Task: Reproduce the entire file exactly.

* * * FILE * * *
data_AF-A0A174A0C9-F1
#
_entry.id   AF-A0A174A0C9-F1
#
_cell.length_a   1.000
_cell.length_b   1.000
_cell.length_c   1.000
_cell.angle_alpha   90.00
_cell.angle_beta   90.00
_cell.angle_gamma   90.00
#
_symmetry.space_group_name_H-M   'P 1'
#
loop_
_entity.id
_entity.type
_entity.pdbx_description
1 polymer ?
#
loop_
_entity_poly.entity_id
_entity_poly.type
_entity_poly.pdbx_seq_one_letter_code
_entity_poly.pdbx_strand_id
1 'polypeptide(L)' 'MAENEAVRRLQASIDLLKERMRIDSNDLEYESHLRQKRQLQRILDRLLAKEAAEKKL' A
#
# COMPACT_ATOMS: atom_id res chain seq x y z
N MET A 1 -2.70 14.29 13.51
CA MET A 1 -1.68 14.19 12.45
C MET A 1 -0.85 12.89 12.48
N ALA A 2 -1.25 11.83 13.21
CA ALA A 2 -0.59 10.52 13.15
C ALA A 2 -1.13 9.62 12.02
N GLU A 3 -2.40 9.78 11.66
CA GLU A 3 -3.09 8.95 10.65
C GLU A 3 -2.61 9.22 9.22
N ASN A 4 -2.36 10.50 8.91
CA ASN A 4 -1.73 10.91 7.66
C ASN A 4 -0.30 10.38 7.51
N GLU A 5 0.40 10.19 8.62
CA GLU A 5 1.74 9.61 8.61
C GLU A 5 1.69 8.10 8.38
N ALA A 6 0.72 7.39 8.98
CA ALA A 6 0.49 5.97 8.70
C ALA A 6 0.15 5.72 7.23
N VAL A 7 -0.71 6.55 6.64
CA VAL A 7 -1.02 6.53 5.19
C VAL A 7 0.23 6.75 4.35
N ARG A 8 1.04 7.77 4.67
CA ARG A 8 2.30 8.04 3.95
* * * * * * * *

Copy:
data_AF-A0A174A0C9-F1
#
_entry.id   AF-A0A174A0C9-F1
#
_cell.length_a   1.000
_cell.length_b   1.000
_cell.length_c   1.000
_cell.angle_alpha   90.00
_cell.angle_beta   90.00
_cell.angle_gamma   90.00
#
_symmetry.space_group_name_H-M   'P 1'
#
loop_
_entity.id
_entity.type
_entity.pdbx_description
1 polymer ?
#
loop_
_entity_poly.entity_id
_entity_poly.type
_entity_poly.pdbx_seq_one_letter_code
_entity_poly.pdbx_strand_id
1 'polypeptide(L)' 'MAENEAVRRLQASIDLLKERMRIDSNDLEYESHLRQKRQLQRILDRLLAKEAAEKKL' A
#
# COMPACT_ATOMS: atom_id res chain seq x y z
N MET A 1 -2.70 14.29 13.51
CA MET A 1 -1.68 14.19 12.45
C MET A 1 -0.85 12.89 12.48
N ALA A 2 -1.25 11.83 13.21
CA ALA A 2 -0.59 10.52 13.15
C ALA A 2 -1.13 9.62 12.02
N GLU A 3 -2.40 9.78 11.66
CA GLU A 3 -3.09 8.95 10.65
C GLU A 3 -2.61 9.22 9.22
N ASN A 4 -2.36 10.50 8.91
CA ASN A 4 -1.73 10.91 7.66
C ASN A 4 -0.30 10.38 7.51
N GLU A 5 0.40 10.19 8.62
CA GLU A 5 1.74 9.61 8.61
C GLU A 5 1.69 8.10 8.38
N ALA A 6 0.72 7.39 8.98
CA ALA A 6 0.49 5.97 8.70
C ALA A 6 0.15 5.72 7.23
N VAL A 7 -0.71 6.55 6.64
CA VAL A 7 -1.02 6.53 5.19
C VAL A 7 0.23 6.75 4.35
N ARG A 8 1.04 7.77 4.67
CA ARG A 8 2.30 8.04 3.95